Supermarket giant Woolworths has failed to hit its “ambitious” target of eliminating food waste sent to landfill by 2015. However, it believes it can reach its goal in five years, partly through establishing a partnership with food rescue charity OzHarvest, which will help divert more food onto the plates of the homeless and disadvantaged. “It is an ambitious target. We made progress, but it isn’t where it needs to be,” Woolworths’ managing director of supermarkets, Brad Banducci, said. “We need to focus harder and work harder to do it and that’s why we wanted to have this partnership with OzHarvest.
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Trials of monthly bin collections in the UK are “an obvious next step” to tackle the UK’s stalling recycling rates, waste management experts have told the Guardian. Fife council have begun trialling once-a-month collections for landfill bins, with recycling bins and food waste taken more often. The nine-month trial in Fife is a UK first, reports the BBC, although other councils have already tried three- and four-week collections.
Politics and Society
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For Boston cyclists, Massachusetts Avenue can be a terrifying place to ride—drivers routinely ignore the stripes marking the bike lane and swerve into the path of bikes. After a truck driver recently killed one young bike commuter, the city promised to add some simple barriers to the lane. But they were slow to act. So another bike commuter decided to take on the problem himself: On his way to work in Harvard Square, Jonathan Fertig dropped off a line of orange construction cones and potted flowers along the edge of the bike lane.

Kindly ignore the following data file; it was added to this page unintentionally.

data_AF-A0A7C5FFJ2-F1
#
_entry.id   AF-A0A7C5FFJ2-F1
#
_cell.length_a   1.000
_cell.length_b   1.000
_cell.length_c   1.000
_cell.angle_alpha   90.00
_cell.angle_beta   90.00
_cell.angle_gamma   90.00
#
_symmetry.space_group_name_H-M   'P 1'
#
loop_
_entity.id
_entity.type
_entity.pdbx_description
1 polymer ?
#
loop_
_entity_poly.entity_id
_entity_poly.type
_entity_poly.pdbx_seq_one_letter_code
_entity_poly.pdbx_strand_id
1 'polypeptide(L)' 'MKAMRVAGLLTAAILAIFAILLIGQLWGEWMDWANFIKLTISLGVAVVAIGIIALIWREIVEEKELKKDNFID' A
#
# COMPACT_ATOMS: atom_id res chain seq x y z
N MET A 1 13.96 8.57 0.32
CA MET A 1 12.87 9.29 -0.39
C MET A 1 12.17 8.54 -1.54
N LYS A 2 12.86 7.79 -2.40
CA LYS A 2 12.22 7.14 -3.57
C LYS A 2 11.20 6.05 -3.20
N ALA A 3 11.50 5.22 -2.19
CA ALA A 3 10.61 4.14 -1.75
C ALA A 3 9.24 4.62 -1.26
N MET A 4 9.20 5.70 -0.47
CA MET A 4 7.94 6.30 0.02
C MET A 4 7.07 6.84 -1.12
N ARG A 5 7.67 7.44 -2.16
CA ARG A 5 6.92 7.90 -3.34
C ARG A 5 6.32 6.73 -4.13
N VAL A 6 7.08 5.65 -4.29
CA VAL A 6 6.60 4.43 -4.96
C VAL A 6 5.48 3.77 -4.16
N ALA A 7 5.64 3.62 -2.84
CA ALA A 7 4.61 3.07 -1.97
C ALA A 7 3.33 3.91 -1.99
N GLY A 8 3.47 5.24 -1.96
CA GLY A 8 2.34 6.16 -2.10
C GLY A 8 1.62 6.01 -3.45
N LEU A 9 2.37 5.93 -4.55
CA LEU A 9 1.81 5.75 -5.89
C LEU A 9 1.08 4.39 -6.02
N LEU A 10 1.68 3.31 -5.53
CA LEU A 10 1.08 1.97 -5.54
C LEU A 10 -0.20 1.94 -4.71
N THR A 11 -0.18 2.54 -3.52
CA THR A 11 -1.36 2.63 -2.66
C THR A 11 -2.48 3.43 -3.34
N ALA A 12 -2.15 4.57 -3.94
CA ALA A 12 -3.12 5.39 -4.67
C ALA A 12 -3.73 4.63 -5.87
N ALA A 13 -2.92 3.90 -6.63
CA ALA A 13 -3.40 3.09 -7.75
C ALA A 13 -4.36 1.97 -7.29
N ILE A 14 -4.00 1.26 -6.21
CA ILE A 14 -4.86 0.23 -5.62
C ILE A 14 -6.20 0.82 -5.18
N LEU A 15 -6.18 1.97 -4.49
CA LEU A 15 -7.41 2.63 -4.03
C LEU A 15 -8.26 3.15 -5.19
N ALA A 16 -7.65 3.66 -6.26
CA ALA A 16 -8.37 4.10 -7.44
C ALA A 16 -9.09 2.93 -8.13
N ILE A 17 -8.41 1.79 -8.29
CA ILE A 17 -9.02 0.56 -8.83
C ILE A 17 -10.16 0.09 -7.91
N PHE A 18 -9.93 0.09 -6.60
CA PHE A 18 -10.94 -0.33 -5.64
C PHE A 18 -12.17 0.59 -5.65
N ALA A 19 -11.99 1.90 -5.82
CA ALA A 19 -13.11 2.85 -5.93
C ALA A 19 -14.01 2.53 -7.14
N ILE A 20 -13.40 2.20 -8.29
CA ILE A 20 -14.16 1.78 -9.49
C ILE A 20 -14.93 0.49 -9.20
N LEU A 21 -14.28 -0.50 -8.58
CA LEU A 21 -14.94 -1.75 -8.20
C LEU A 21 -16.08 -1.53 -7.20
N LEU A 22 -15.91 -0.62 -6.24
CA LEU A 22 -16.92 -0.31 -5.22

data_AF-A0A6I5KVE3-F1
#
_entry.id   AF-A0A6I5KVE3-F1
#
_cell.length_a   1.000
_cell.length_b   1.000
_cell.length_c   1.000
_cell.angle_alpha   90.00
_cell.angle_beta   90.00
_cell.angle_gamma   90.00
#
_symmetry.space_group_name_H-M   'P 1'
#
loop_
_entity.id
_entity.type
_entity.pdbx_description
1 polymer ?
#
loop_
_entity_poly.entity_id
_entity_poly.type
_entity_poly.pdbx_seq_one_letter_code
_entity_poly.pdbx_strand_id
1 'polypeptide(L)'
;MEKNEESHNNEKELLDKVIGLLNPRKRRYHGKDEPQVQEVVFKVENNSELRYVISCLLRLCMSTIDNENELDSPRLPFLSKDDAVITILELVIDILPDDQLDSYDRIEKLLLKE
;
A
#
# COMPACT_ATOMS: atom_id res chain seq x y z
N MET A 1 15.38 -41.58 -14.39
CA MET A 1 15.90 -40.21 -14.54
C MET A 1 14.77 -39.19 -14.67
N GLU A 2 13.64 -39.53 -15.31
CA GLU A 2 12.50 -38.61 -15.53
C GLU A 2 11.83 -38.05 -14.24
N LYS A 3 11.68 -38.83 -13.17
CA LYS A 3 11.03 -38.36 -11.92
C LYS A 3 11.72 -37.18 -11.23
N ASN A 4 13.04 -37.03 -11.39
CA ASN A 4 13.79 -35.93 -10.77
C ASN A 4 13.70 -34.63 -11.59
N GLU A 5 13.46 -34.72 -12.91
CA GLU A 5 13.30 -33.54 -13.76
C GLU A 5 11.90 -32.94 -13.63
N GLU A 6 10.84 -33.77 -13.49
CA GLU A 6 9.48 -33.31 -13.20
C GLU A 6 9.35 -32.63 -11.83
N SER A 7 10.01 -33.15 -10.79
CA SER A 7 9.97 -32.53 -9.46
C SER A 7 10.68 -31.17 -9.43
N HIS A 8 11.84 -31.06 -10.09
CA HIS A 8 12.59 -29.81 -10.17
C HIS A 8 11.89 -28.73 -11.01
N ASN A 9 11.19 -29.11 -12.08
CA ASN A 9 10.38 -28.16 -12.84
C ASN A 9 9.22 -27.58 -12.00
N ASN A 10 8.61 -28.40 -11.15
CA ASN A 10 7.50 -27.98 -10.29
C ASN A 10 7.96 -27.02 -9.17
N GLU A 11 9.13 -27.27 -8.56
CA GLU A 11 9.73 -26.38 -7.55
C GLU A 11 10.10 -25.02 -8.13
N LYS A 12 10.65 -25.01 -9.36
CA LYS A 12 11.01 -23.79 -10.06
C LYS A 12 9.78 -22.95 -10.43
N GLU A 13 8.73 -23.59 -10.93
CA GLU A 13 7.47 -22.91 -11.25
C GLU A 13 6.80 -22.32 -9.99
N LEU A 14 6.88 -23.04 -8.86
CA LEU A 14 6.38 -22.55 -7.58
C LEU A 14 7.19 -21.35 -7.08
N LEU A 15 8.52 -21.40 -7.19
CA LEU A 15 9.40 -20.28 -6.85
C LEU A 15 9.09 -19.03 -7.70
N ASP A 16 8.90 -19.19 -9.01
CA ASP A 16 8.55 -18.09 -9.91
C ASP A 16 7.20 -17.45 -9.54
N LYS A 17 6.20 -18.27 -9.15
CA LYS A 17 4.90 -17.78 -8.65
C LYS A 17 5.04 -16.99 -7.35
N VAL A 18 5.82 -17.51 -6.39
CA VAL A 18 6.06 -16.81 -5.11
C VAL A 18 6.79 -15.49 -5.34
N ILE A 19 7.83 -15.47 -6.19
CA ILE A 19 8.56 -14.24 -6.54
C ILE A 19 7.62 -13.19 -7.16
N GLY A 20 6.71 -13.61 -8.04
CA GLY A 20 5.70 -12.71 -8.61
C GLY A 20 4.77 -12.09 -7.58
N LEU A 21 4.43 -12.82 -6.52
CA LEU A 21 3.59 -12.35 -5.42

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Rising concern over the ability of Middle Eastern countries to grow food has led to the first ever request for a deposit from the “doomsday” seed vault in a frigid corner of Norway. Thanks to Syria’s civil war, the region’s primary seed vault in Aleppo has been damaged and taken off line, amid fighting that has left several hundred thousand dead and forced an estimated 11 million to become refugees. As ISIS controls part of Syria and refugees stream across Europe, destruction of antiquities and infrastructure continues. Syrian scientists have re-established the International Center for Agricultural Research in the Dry Areas in Beirut and this week asked for some of their seeds back from the doomsday vault in order to restart their collection.